Today's Veterinary Business

DEC-JAN 2017

Today’s Veterinary Business provides information and resources designed to help veterinarians and office management improve the financial performance of their practices, allowing them to increase the level of patient care and client service.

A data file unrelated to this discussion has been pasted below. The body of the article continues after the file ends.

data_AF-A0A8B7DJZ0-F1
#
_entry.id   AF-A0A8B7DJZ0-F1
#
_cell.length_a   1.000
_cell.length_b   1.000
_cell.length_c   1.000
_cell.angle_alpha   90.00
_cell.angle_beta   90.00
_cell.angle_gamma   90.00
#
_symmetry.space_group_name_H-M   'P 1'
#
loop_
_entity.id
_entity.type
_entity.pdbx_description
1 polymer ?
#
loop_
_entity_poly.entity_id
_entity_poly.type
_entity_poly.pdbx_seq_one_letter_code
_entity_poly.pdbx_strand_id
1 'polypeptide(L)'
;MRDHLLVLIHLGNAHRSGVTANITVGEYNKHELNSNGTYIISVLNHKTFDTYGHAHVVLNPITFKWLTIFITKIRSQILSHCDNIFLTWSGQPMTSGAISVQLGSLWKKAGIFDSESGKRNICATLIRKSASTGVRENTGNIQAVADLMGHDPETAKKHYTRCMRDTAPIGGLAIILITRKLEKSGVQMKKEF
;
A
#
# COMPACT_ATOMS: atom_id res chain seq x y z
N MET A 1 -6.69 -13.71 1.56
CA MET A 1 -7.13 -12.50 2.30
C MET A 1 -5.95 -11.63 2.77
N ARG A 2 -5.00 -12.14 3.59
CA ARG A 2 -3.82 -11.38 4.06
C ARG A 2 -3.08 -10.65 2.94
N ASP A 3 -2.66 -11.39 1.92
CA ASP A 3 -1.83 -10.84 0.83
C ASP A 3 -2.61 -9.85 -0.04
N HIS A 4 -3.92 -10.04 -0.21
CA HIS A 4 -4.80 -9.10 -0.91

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10 Today's Veterinary Business Business medical services by telemedicine at a different location than the health professional. It specifically allows physicians to use telemedicine to establish a valid physician-patient relationship without the requirement for an in-person examination. The physician may establish a physi- cian-patient relationship and provide health care services by way of synchronous audiovisual interaction, asynchronous store and forward technology, and other telecommuni- cation technologies that comply with the standard of care. The standard for a physician providing care by way of telemedicine should be and is the same as that for in-person care. Additionally, the new law prohibits a health plan from excluding care provided via telemedicine simply because it is not in-person care. Participation in telemedicine was slow at first. There are many reasons for this delay in uptake. The desire to implement telemedicine practices precedes the ideal tech- nologies, communication platforms, software, data access, apps, business models and other tools. There is a learning curve, a time commitment and competing priorities in chang- ing from traditional office visits to telemedicine services. Many physi- cians may not fully understand the potential clinical uses of telemedi- cine and may not envision how tele- medicine services would fit into their daily schedules. Patient acceptance is essential, and patients may not be aware of telemed- icine options or of their advantages. Telemedi- cine continues its upward growth; in fact, it has become a multibillion-dollar industry. The market value of telehealth is projected to reach more than $36 billion by 2020. With the majority of patients express- ing interest in telehealth services, 83 percent of hospital executives plan to invest in telehealth systems and services to outpace compe- tition and broaden market reach. The state of telemedicine today is positive, as demonstrated by physi- cian involvement, growing patient interest, best practices, viable tools, increased acceptance within health plans and favorable legislation. The future of telemedicine is bright. It will evolve, exponential- ly at times. There is a clear trend toward real-time monitoring, reporting and analyzing. Digital labor will enable real-time monitor- ing without human intervention, such as with robotics and cognitive computing. Connected clinics are expanding to connected systems. Twenty-four-hour care will be achievable with greater efficiency and effectiveness. Virtual practices will mirror brick-and- mortar practices. New online-only practices will increase in number and acceptance. Central to all efforts is personalized patient care with an experiential foun- dation. Veterinary Telemedicine Discussions and lively debates about veterinary telemedicine are being held with increasing fre- quency. Entire sections at veteri- nary continuing education meet- ings are devoted to telemedicine. The North American Veterinary Community's Veterinary Innovation Council identified telemedicine as its first significant area to explore. The American Veterinary Medical Association charged its Practice Ad- visory Council with reviewing tele- medicine and making recommen- dations, the result of which was the AVMA telemedicine report. The American Association of Veterinary State Boards is strongly considering veterinary telemedicine and the appropriate laws surrounding it. The fact is, veterinary telemed- icine is not new and its future is bright. Phone calls, email, text mes- saging, instant messaging, picture messaging, video messaging and live video conferencing all consti- tute telemedicine. Most veterinari- ans employ some of these tools. As in human medicine, telemedicine will expand as more digital tools are developed. Wearable devices and remote sensors will expand, and are already expanding, well beyond activity monitoring. The current landscape of veteri- nary telemedicine indicates a gap between what veterinarians offer and what clients want. Veterinary business specialist Ed Blach, DVM, MBA, reports that: • 40 percent of veterinarians do not answer client questions by phone. They instead ask clients to come in to the clinic. • 70 percent of veterinarians believe that technologies can strengthen the veterinari- an-client relationship. • 70 percent of veterinarians are unlikely to offer any telehealth service in the near future. • 85 percent of pet owners find that the connection to a veterinarian via telehealth is appealing. If We Don't Embrace Veterinary Telemedicine ... Animal owners still regard vet- erinarians as the animal health experts and the most trusted source for animal information. As they become increasingly aware of the benefits of telemedicine from their family physician, they likely will find it a necessity for their animal health care as well. They will become aware at a staggering rate. The 2017 KPMG Digital Health Pulse 2017/HIMSS Analytics study showed that 75 percent of medical practitioners are employing digital or telemedicine care services. This is greater than 100 percent growth since 2014, when the use rate was 33 percent. Business INNOVATION STATION Telemedicine is nothing more than adapting to pet health care the digital tools we use everywhere.

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